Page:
Tag Archives: vim

Vim support for kdesrc-buildrc files

Screenshot of kdesrc-buildrc syntax support for Vim

Last night I finally found some time (and to be more honest, motivation) to work some more on my KDE-related software.

What this led to was Vim syntax highlighting support for kdesrc-buildrc files (before you complain, Kate/kwrite has been supported for years now).

The support is not very sophisticated, but it’s certainly better than nothing. Look into the vim/ subdirectory of the kdesrc-build source if you’re interested (you’ll need to install the filetype detection plugin and syntax highlighting instructions that are included). As always, those with more time and motivation than myself are encouraged to hack better support into the syntax highlighting code.

Some easier topics to tackle include:

  • Supporting the set-env option’s unique two-value parsing.
  • Handling quoted values.
  • Constraining valid values for options such as remove-after-install
  • Special highlighting for kde-projects as a value for repository? (Nowadays this is essentially the only reason you’d ever use the repository option).
  • Ensuring the values for git-repository-base, svn-server or override-url actually resemble URIs.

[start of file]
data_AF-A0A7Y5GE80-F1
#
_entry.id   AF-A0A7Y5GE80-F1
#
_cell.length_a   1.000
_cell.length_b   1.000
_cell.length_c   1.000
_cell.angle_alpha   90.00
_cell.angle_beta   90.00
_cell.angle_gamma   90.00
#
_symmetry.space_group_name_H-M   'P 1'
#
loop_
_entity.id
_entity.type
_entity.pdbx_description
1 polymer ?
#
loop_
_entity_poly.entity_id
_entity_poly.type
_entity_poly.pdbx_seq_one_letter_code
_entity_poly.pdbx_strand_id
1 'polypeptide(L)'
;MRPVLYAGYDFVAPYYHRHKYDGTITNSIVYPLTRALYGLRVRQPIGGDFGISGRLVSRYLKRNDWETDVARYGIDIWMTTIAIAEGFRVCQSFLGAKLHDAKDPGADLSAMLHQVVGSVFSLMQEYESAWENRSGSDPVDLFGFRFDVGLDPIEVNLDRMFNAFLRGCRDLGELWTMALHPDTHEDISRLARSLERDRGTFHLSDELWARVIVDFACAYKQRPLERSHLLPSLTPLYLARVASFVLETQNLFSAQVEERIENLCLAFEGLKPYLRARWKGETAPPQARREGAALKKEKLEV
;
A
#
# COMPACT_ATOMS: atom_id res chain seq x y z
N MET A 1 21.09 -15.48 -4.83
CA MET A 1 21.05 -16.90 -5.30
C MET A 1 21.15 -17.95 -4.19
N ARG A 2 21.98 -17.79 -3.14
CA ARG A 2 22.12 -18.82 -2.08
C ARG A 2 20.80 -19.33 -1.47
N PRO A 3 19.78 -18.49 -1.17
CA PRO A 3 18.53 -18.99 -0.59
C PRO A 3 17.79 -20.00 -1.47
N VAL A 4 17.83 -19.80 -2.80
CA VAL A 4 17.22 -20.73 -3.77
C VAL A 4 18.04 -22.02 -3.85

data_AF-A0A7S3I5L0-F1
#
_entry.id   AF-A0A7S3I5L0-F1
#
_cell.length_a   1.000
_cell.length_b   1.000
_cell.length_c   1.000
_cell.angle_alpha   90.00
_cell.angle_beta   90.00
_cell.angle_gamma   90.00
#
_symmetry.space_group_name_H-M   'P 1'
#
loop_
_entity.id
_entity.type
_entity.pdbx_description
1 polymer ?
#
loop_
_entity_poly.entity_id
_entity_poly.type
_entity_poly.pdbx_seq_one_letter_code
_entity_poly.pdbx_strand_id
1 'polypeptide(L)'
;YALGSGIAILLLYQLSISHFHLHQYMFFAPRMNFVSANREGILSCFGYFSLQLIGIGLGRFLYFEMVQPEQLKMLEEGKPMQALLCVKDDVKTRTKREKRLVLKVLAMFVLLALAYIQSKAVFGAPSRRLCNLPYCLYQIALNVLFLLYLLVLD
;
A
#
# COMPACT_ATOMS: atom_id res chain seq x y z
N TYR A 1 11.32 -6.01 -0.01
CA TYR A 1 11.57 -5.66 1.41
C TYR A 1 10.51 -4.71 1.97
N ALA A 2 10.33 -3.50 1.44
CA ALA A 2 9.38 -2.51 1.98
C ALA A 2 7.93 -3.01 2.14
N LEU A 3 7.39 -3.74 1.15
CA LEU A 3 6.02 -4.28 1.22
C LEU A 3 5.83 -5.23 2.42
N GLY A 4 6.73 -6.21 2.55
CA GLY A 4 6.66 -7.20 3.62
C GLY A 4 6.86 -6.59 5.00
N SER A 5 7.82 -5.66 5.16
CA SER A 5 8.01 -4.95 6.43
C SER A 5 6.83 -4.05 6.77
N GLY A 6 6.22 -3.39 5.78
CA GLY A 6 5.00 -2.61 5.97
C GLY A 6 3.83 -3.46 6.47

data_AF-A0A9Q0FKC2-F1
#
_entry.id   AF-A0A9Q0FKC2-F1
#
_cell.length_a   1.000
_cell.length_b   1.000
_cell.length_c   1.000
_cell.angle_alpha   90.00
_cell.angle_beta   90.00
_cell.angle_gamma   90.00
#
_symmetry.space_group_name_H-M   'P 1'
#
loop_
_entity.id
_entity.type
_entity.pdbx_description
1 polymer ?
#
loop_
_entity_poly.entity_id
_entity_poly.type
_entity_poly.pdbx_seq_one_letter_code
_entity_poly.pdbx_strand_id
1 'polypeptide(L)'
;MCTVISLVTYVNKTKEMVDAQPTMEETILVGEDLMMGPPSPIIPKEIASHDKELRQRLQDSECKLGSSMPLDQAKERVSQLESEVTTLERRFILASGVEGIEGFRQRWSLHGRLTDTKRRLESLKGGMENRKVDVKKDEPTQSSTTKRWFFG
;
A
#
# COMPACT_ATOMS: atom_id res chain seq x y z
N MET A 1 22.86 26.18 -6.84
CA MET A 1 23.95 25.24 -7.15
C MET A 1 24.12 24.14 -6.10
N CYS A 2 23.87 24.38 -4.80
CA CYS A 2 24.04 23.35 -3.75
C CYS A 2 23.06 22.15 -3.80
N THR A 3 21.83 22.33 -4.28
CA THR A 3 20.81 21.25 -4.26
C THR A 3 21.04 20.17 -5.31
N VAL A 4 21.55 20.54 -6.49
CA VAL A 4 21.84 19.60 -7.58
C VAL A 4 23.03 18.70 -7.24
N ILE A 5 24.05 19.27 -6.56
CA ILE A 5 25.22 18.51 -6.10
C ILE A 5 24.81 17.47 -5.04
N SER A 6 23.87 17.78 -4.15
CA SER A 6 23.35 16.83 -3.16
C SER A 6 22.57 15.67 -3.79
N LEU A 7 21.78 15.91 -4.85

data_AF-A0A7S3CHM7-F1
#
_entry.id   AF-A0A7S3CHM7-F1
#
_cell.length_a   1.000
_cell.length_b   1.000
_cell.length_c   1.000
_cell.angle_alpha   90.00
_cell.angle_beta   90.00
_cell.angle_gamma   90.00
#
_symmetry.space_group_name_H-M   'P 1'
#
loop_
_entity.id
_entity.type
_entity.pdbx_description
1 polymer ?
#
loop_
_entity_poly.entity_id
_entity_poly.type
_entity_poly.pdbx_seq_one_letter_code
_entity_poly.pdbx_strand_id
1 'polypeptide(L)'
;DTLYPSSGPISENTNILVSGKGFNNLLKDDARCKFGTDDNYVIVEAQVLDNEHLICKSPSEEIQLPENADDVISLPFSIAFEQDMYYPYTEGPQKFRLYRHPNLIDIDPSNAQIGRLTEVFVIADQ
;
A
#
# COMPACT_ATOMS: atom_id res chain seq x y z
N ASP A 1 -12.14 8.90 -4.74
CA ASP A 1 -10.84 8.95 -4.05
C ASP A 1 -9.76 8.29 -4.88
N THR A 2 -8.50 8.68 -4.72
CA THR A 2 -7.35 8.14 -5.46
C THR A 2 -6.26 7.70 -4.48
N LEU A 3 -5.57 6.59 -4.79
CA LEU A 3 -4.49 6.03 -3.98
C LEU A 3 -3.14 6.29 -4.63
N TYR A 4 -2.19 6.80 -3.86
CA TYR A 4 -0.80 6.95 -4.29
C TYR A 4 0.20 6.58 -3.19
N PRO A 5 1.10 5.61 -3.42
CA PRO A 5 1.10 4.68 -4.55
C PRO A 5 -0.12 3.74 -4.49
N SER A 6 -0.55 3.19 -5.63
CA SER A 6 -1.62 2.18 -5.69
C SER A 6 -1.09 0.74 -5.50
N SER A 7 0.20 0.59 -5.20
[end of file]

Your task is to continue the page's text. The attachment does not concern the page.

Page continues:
I hope some of you will find this useful.

Vim tip: Finding differences without separate files

While debugging a failure in the kdesrc-build test suite after a fairly extensive series of refactorings, I ended up with an object hierarchy which was different from a different hierarchy… but different where?

The obvious solution is to use something like Test::More’s is_deeply test, which displays the places where the two structures are different.

Unfortunately it reported that the two structures were identical (although in fairness I checked just now and it’s an older version from 2009, there’s been several bugfixes in the function since which probably close this… assuming I was using the method right).

The other quick-and-dirty debugging method I use is to simply dump the structure to the output using something like Data::Dumper.

Unfortunately it’s not easy to “spot the difference” in two consecutive Data::Dumper outputs of nearly-identical structures. That is where Vim came in to save my day.

I think most Vim users already know about the vimdiff mode which helps significantly with applying patches to files, but what if you don’t have a file to work on? In my case I was dealing with Konsole output. Of course I could cut-and-paste that output to different files and then run vimdiff, but that’s annoying (what if I forget to unlink the files when I’m done, what to name them?, etc.).

Instead I dumped all of the output into a Vim window, then used :vnew to open a new buffer and window. Afterwards I moved the second output block to the new window and cleaned up the leading and trailing empty lines.

The only thing left to do is put Vim in its diff mode, and that is done using :diffthis, which gave me the following (click to enlarge):

Screenshot of a vim window displaying only differences between two different buffers

This makes it much easier to find the bug, and is very easy to accomplish quickly. Perhaps you’ll find it useful at some point as well.